Root cause analysis can ward off accidents

July 30, 2019 By    

I have written for many years on accidents that have occurred in our industry in an effort to help us learn from the mistakes of others. Often, these stories touch close to home, and we imagine these accidents could happen to us.



I have often advised that risk management is a difficult thing to undertake. Because there is no actual accident that heightens our sense of fear, we often lose our desire to be proactive. It is only when we find ourselves responding to a serious incident within our own company that we wake up and take the necessary steps. This column discusses a common approach to learning from incidents and implementing a long-term approach to prevent or greatly lessen the chance of recurrence.

When an incident occurs involving serious personal injury, death or property damage, the immediate response is to notify your insurer and lawyer and begin an investigation to determine what happened. That process looks at the facts and circumstances surrounding the incident. But you should also consider conducting a root cause investigation. A root cause investigation is undertaken with the goal of preventing a similar event in the future.

Root cause analysis looks at a variety of business concerns in an effort to improve the service provided to end users. It can identify process failures, declines in product quality or customer dissatisfaction and offers accident and incident analysis.

Unlike a traditional accident investigation, a root cause analysis looks at the “why” of an incident. It should occur after the accident investigation is complete. It uses the accident investigation data as a foundation but takes a more holistic approach to the entire enterprise to see trends. An accident investigation documents and preserves relevant evidence, while root cause looks at why the failure occurred and develops plans and policies to prevent similar incidents.

Implementing root cause analysis is a good business practice. But doing so has certain perils in today’s litigious environment. If root cause analysis is treated as part of your normal course of business, it may not be protected from disclosure in a lawsuit. The goal is to protect such an investigation by cloaking it in what is known as the work-product doctrine. Even this doctrine will not protect disclosure of “facts” from witnesses.

In an effort to cloak the root cause analysis with protection via the work-product doctrine, you should develop company policies that define your investigation. A good reference point is Federal Rule of Evidence 407, dealing with remedial measures. Generally, remedial measures (i.e., changes made post-accident) aren’t admissible in evidence. The language defines root cause to deal with problems in general but not the specific event that caused a single accident.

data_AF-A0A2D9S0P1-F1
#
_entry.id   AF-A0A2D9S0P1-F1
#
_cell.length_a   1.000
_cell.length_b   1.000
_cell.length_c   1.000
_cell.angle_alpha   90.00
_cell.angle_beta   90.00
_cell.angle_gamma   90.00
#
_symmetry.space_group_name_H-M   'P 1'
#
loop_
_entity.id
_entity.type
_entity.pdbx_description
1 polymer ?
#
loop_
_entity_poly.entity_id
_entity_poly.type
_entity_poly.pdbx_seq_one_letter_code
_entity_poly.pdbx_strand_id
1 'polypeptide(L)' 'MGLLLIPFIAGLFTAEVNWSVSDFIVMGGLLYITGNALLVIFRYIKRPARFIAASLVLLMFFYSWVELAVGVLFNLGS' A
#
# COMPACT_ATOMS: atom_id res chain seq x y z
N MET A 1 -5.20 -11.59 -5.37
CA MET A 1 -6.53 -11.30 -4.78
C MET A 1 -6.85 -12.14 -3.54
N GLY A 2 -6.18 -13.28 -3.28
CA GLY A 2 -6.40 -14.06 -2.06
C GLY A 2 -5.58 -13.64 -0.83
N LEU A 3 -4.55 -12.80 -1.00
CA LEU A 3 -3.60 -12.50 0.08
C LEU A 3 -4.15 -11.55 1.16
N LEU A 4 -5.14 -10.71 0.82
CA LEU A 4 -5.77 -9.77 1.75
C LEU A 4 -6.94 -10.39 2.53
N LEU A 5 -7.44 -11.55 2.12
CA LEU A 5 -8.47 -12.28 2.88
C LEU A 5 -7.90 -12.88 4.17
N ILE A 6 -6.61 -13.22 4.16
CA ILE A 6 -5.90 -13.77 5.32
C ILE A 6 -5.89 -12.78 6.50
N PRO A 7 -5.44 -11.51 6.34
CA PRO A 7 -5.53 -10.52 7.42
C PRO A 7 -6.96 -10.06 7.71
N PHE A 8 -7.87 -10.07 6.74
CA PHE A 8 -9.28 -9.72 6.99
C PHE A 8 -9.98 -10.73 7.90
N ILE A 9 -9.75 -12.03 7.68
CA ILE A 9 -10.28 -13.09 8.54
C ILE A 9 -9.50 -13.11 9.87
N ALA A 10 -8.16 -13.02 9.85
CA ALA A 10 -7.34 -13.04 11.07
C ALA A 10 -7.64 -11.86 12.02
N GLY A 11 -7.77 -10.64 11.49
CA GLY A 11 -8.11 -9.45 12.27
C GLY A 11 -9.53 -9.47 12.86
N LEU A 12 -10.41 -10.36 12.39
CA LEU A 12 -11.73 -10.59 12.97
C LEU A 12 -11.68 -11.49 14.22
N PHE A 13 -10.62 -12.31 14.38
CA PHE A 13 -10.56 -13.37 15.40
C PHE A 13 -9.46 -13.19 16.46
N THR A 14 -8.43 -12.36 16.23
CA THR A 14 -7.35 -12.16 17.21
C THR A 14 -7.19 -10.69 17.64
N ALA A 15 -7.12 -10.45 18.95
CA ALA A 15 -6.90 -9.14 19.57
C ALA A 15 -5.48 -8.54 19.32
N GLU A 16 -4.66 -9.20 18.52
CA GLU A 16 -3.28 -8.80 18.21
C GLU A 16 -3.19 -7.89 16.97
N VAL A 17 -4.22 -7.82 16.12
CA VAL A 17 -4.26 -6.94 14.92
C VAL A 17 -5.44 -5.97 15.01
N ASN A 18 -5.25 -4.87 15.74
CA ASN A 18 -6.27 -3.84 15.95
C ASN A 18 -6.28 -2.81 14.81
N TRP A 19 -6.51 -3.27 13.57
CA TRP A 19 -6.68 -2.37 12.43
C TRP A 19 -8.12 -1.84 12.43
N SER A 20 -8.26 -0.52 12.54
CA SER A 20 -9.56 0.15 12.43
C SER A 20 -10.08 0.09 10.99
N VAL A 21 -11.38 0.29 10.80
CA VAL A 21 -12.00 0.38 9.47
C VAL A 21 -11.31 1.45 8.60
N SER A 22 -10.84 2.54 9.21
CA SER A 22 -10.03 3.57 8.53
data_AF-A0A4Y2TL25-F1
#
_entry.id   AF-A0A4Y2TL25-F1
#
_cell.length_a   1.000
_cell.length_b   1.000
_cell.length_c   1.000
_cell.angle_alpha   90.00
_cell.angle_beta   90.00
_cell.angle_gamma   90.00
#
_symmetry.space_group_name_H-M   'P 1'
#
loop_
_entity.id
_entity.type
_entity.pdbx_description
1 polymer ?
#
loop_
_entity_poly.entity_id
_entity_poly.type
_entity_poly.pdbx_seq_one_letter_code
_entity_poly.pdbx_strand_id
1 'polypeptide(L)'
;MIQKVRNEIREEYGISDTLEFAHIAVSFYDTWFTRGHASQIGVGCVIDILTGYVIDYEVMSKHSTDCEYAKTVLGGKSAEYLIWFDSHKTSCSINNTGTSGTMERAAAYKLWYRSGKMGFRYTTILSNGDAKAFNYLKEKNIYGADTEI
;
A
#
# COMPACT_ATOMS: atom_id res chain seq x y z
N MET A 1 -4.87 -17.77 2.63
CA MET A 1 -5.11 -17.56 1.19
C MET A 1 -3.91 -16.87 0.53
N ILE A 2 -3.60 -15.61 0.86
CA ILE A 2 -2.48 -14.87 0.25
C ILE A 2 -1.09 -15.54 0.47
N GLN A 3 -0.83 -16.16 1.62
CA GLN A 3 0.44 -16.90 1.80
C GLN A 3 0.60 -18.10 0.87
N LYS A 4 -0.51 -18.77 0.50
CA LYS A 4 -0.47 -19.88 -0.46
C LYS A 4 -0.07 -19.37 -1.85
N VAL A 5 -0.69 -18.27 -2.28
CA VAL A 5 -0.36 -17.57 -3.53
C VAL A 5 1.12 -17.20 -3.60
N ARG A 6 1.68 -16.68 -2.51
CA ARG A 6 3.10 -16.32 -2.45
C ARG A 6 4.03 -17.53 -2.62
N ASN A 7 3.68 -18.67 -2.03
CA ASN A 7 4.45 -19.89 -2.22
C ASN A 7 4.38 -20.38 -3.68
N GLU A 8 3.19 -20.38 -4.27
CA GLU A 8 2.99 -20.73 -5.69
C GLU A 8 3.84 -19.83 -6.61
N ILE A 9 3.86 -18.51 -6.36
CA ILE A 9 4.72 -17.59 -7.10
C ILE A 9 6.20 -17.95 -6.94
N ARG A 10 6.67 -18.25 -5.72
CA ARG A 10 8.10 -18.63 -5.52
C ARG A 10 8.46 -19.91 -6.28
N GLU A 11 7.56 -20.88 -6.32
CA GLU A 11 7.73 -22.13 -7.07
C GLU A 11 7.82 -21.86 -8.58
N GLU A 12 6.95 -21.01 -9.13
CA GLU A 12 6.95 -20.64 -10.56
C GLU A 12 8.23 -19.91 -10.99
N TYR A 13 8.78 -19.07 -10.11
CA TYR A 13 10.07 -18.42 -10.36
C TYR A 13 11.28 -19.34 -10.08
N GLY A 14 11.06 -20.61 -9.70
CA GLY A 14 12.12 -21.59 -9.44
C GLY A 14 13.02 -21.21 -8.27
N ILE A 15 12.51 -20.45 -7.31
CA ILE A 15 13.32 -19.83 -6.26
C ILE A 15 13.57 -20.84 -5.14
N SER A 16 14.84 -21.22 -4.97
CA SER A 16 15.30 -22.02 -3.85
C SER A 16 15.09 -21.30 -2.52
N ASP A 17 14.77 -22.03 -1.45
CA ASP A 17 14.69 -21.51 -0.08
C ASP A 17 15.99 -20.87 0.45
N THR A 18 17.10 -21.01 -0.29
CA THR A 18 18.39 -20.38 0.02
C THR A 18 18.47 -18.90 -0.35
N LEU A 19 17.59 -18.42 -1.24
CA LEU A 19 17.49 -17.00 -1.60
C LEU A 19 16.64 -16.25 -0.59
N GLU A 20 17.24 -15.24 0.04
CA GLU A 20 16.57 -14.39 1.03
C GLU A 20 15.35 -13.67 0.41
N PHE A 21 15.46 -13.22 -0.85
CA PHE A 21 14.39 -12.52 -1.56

Having in-house counsel assigned to the root cause analysis team is a good step. But she should not be part of both the incident investigation and the root cause analysis. This separation gives credence that the root cause analysis is separate from a singular incident. Use different titles for both investigations. Protect the singular incident with a label – “Created in Anticipation of Litigation” – and have a lawyer direct that investigation from its onset. Always be aware that efforts will be made to obtain these reports. So, consider limiting your contact with senior executives to verbal communications.

At the outset, be cognizant that a reviewing court will look at the company policies for incident investigations and root cause analysis. This is a fact-intensive exercise. It will consider the typical role of in-house counsel as set out in company policies and a real-world understanding of how it has dealt with other such events. It will not protect actual facts learned, as those are not considered subject to a privilege.

If you have never done a root cause analysis and want to consider doing so in the future, I recommend consulting with your corporate counsel to be sure policies and procedures are created to protect that work from discovery in litigation.

John V. McCoy is with McCoy, Leavitt, Laskey LLC. His firm represents industry members nationally.

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